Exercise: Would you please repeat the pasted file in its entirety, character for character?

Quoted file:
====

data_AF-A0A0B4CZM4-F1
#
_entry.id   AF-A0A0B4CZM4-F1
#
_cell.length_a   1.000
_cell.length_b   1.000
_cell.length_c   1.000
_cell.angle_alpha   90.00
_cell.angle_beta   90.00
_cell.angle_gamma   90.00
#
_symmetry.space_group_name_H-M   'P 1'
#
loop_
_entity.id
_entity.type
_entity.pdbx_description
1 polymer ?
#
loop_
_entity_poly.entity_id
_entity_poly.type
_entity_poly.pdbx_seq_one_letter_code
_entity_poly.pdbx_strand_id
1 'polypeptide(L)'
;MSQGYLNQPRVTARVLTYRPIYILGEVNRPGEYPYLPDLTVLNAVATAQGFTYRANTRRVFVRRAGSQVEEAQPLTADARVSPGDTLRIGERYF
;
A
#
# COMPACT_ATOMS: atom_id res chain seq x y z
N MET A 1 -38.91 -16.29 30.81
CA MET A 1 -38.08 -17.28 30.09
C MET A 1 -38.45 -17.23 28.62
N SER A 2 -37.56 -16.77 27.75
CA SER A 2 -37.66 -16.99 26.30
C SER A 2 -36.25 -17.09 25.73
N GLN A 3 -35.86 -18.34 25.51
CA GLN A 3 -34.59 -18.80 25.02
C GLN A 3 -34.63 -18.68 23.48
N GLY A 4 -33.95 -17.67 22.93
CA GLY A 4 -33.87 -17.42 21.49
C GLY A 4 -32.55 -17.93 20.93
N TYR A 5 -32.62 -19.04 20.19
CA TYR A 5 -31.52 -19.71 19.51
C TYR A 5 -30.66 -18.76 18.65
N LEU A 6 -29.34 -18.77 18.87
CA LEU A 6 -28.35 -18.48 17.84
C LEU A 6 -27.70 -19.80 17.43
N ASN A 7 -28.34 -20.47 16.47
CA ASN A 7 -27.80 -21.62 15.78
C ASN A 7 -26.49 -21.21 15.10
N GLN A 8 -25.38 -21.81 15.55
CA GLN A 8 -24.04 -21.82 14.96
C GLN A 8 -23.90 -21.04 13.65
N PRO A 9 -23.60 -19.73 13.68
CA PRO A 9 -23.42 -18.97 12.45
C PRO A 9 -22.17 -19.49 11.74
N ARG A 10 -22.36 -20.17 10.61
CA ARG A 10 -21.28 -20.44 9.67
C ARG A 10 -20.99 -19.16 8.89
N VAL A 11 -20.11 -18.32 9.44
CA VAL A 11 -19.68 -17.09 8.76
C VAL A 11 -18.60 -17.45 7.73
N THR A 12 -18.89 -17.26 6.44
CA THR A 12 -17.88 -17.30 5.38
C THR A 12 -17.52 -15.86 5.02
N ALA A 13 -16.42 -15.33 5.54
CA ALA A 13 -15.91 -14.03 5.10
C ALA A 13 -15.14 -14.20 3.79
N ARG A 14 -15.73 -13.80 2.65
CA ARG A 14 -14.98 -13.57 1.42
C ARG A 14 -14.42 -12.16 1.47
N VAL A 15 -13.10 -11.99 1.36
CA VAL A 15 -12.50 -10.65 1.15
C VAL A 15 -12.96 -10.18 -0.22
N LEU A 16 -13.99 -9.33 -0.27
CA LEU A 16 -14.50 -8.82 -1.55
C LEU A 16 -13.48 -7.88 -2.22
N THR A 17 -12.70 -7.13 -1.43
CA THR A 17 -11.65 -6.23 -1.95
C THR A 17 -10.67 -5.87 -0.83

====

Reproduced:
data_AF-A0A0B4CZM4-F1
#
_entry.id   AF-A0A0B4CZM4-F1
#
_cell.length_a   1.000
_cell.length_b   1.000
_cell.length_c   1.000
_cell.angle_alpha   90.00
_cell.angle_beta   90.00
_cell.angle_gamma   90.00
#
_symmetry.space_group_name_H-M   'P 1'
#
loop_
_entity.id
_entity.type
_entity.pdbx_description
1 polymer ?
#
loop_
_entity_poly.entity_id
_entity_poly.type
_entity_poly.pdbx_seq_one_letter_code
_entity_poly.pdbx_strand_id
1 'polypeptide(L)'
;MSQGYLNQPRVTARVLTYRPIYILGEVNRPGEYPYLPDLTVLNAVATAQGFTYRANTRRVFVRRAGSQVEEAQPLTADARVSPGDTLRIGERYF
;
A
#
# COMPACT_ATOMS: atom_id res chain seq x y z
N MET A 1 -38.91 -16.29 30.81
CA MET A 1 -38.08 -17.28 30.09
C MET A 1 -38.45 -17.23 28.62
N SER A 2 -37.56 -16.77 27.75
CA SER A 2 -37.66 -16.99 26.30
C SER A 2 -36.25 -17.09 25.73
N GLN A 3 -35.86 -18.34 25.51
CA GLN A 3 -34.59 -18.80 25.02
C GLN A 3 -34.63 -18.68 23.48
N GLY A 4 -33.95 -17.67 22.93
CA GLY A 4 -33.87 -17.42 21.49
C GLY A 4 -32.55 -17.93 20.93
N TYR A 5 -32.62 -19.04 20.19
CA TYR A 5 -31.52 -19.71 19.51
C TYR A 5 -30.66 -18.76 18.65
N LEU A 6 -29.34 -18.77 18.87
CA LEU A 6 -28.35 -18.48 17.84
C LEU A 6 -27.70 -19.80 17.43
N ASN A 7 -28.34 -20.47 16.47
CA ASN A 7 -27.80 -21.62 15.78
C ASN A 7 -26.49 -21.21 15.10
N GLN A 8 -25.38 -21.81 15.55
CA GLN A 8 -24.04 -21.82 14.96
C GLN A 8 -23.90 -21.04 13.65
N PRO A 9 -23.60 -19.73 13.68
CA PRO A 9 -23.42 -18.97 12.45
C PRO A 9 -22.17 -19.49 11.74
N ARG A 10 -22.36 -20.17 10.61
CA ARG A 10 -21.28 -20.44 9.67
C ARG A 10 -20.99 -19.16 8.89
N VAL A 11 -20.11 -18.32 9.44
CA VAL A 11 -19.68 -17.09 8.76
C VAL A 11 -18.60 -17.45 7.73
N THR A 12 -18.89 -17.26 6.44
CA THR A 12 -17.88 -17.30 5.38
C THR A 12 -17.52 -15.86 5.02
N ALA A 13 -16.42 -15.33 5.54
CA ALA A 13 -15.91 -14.03 5.10
C ALA A 13 -15.14 -14.20 3.79
N ARG A 14 -15.73 -13.80 2.65
CA ARG A 14 -14.98 -13.57 1.42
C ARG A 14 -14.42 -12.16 1.47
N VAL A 15 -13.10 -11.99 1.36
CA VAL A 15 -12.50 -10.65 1.15
C VAL A 15 -12.96 -10.18 -0.22
N LEU A 16 -13.99 -9.33 -0.27
CA LEU A 16 -14.50 -8.82 -1.55
C LEU A 16 -13.48 -7.88 -2.22
N THR A 17 -12.70 -7.13 -1.43
CA THR A 17 -11.65 -6.23 -1.95
C THR A 17 -10.67 -5.87 -0.83